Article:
Sustainable Series Strategies

For those of us who like to write genre fiction — the cozy mysteries, the thrillers, the science fiction horror, the fantasy — our books often have the funny habit of turning into series.

Trilogies, and longer series, seem to dominate the market regardless of genre. From a craft perspective, how do you set up a successful series from the start, with characters that continue to be interesting five books in, and plots that are sustainable across hundreds of thousands of words? At what point in your career does it make sense to pitch a series? What are readers hoping to get out of series work, and how long will they wait between installments? Series writers share tips and tricks gained from going through the process.

At the titular panel at ChiCon8/WorldCon 80, Seanan McGuire, Wesley Chu, and Maquel A Jacob, moderated by Mary Robinette Kowal did their best to answer these questions, describe sustainable series strategies, and more.

Let’s start with the basics.

What is a series?

A book series typically has a couple common features:

  • The story continues past a duology (2 books) and beyond a trilogy (3 books)
  • It tells more than one story – but has connecting and usually progressing elements that build upon each other.

Should You Write a Series On Purpose?

Some authors always intended their story to be spread across multiple volumes, others are pressured into it by the fans and the sales and the opportunity to visit their world and characters once more.

Standard advice says: write a standalone with series potential.

You sell each book as a singular unit, the story within it should be relatively self-contained, but have seeds of future plots sprinkled in it.

Factors to consider:

  • Are you stretching out a story to fill the space, or expanding your story, to show the readers more?
  • Are your fans and/or the sales team asking for more books?
  • Each book in the series typically gets fewer readers, even as new books may bring in new readers.
    • Readers often fatigue around book 5
  • Are you fatigued as an author?
    • You can approach each book as though it were the last
    • You can switch protagonists to make the story fresh
      • Seanan McGuire vowed she’s “going one book longer than Dresden Files if I have to hit him with a bus!” (The bus seems very unlikely)
    • You can write a palette-cleansing unrelated story between each book in the series
Table with microphones and 4 masked people behind it. Left to right: Mary Robinette Kowal, Maquel A Jacob, Westley Chu, and Seanan McGuire.
The backs of a few audience members heads.
Sustainable Series Strategies: Left to right: Mary Robinette Kowal, Maquel A Jacob, Westley Chu, and Seanan McGuire.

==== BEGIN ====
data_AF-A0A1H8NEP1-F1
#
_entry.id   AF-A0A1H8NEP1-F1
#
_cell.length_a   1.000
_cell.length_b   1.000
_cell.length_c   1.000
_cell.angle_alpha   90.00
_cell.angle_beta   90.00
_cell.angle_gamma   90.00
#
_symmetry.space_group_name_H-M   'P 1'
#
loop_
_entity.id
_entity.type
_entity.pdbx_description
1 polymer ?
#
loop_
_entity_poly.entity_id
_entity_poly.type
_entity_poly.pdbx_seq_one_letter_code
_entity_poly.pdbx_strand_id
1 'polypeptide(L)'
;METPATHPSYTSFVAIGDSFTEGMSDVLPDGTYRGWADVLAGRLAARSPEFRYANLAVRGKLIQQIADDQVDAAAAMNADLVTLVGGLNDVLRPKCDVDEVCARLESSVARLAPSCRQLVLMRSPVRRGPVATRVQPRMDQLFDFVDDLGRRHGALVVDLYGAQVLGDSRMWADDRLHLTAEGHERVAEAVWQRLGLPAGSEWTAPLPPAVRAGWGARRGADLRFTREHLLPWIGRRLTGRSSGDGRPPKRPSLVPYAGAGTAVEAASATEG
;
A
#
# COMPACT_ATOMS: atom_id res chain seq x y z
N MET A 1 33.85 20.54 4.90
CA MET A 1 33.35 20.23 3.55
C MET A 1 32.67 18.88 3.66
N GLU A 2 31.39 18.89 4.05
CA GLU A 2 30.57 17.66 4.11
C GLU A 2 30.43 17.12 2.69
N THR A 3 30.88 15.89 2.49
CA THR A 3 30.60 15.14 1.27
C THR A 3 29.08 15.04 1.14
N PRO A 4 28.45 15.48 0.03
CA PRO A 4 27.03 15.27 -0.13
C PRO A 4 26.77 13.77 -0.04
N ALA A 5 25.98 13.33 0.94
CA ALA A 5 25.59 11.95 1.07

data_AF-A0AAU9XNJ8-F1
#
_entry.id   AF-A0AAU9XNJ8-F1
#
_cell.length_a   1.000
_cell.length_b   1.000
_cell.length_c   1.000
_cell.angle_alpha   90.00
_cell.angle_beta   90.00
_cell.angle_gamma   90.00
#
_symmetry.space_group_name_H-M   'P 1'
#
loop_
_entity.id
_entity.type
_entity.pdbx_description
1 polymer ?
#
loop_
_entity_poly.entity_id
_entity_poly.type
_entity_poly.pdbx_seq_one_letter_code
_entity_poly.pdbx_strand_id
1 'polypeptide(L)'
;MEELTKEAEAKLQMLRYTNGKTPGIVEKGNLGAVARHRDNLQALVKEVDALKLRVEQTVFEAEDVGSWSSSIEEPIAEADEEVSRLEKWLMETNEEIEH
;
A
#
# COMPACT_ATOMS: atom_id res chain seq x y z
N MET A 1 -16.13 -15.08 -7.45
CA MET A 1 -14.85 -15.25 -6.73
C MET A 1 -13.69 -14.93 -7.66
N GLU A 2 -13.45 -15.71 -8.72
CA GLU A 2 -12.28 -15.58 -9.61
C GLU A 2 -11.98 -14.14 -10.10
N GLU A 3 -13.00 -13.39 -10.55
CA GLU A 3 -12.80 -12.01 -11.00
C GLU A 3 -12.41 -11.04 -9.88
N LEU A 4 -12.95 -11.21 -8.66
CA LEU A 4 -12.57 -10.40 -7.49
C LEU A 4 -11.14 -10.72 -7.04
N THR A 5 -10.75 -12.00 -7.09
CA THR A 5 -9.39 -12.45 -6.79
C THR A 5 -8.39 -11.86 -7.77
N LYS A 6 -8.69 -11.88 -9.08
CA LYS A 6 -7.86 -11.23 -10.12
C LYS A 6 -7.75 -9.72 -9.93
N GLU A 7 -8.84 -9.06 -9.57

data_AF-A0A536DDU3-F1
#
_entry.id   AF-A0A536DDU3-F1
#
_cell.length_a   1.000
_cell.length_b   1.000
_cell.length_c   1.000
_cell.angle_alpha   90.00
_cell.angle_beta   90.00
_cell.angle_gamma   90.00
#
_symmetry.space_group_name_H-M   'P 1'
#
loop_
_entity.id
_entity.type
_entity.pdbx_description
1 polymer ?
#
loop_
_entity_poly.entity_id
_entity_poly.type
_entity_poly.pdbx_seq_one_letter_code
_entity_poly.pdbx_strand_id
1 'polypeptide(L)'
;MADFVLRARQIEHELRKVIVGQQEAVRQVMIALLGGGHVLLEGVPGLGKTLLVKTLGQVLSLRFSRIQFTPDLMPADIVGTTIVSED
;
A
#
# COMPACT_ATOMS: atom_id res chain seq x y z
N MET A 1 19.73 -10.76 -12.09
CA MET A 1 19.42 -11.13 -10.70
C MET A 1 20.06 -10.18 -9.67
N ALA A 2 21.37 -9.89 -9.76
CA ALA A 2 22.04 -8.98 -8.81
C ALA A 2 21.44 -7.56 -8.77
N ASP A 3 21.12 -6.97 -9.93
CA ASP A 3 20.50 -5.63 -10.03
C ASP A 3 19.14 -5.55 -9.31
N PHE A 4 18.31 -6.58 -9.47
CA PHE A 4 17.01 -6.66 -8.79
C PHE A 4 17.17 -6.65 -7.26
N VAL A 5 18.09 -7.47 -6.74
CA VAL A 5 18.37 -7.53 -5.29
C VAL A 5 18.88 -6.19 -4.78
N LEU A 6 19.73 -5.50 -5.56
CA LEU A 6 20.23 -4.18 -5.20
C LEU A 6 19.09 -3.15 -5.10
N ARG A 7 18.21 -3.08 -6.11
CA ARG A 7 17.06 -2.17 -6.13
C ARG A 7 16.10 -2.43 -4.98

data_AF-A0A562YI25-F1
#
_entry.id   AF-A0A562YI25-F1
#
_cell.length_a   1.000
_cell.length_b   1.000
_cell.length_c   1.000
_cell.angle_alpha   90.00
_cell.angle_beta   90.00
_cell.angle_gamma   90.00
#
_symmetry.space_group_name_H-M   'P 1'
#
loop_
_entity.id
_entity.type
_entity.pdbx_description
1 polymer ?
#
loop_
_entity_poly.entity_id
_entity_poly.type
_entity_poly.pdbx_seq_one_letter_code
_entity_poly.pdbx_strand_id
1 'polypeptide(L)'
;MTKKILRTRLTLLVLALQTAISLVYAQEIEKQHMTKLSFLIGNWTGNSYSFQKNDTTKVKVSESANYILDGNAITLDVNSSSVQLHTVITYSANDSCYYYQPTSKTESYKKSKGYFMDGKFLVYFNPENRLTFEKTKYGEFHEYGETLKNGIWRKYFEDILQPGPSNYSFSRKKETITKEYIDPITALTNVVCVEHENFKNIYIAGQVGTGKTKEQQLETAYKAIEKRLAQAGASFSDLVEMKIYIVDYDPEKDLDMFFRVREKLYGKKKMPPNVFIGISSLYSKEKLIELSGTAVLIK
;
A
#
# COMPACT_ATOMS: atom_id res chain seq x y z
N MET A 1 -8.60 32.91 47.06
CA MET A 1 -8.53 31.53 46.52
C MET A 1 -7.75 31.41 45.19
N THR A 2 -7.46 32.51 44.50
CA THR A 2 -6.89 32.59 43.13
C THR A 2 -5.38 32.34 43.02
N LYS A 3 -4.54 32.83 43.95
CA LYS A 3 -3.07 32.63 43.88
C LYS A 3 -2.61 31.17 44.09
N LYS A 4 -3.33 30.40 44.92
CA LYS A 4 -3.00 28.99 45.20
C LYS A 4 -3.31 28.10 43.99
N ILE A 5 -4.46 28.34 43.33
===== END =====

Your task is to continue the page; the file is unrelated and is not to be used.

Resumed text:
Dealing with Character Fears, Anxieties, and Trauma

Writers put their characters through a lot. How do you keep it fresh?

  • Keep torturing them
  • Torture them in a different way each time

Have your character process their trauma: Denial->Resistance->Explore->Accept->Act.

Remember! Just like the cycle of grief, characters (and people) don’t always go through the process in order. Plus, achieving one goal often doesn’t fix the problem, because the goalposts keep moving.

A writerly example: Impostor syndrome:

I’m not a real writer because:

  • I’ve never finished a story [and after they do…]
  • I’ve never submitted a story for publication [and after they do…]
  • I’ve never been published [and after they do…]
  • My sales aren’t that great [and after they improve…]
  • I’ve never been nominated for an award [and after they get nominated…]
  • I’ve never won an award

Tips For Creating Your Sustainable Series

  • Know your world – organize your notes or create a series bible
    • It’s easy to misspell a side character’s name or forget their hair color
  • Subsequent books in a series are rarely ever shorter — often much longer
  • Book 1 sets up the expectations for both the world and the main characters
    • Avoid establishing rules you might want to break later
      • ie. Seanan’s October Daye series had only fae of European origin, so 16 books in, she’s stuck now. Also, 13 years ago, queer characters couldn’t be the main character.
  • A strong character can keep the readers coming back for more

How To Prevent a Soggy Middle

For many writers, even if they don’t know when, they often know how their series will end. So how do they keep the middle of the series interesting?

  • Inject new conflict
  • Work to make each novel stand alone
  • The old standby of: continually raising the stakes.

When To End A Series

There are a couple of schools of thought.

  • As planned – some series are fully plotted before the author gets started
  • When the book sales steadily drop off for future books more than is sustainable

Going Indie

There are tons of reasons a person might want to go indie, from creative control, to being a niche market, to simply being sick of the rejections. Romance and cozy mysteries top the indie series success genre lists. Many indie authors have found series success by following a few tips:

  • Picking one genre for the series
  • Changing the length (often shorter than traditionally published books)
  • Speedy releases – (maybe 1 month between, maybe 3 months)

Final Thoughts?

If you’re going to write a series, be sure to keep your promises — never let the books get shorter, make sure the voice is consistent, and keep the story true to the characters.


Are there any series you think have been well sustained? Any that dropped the ball?

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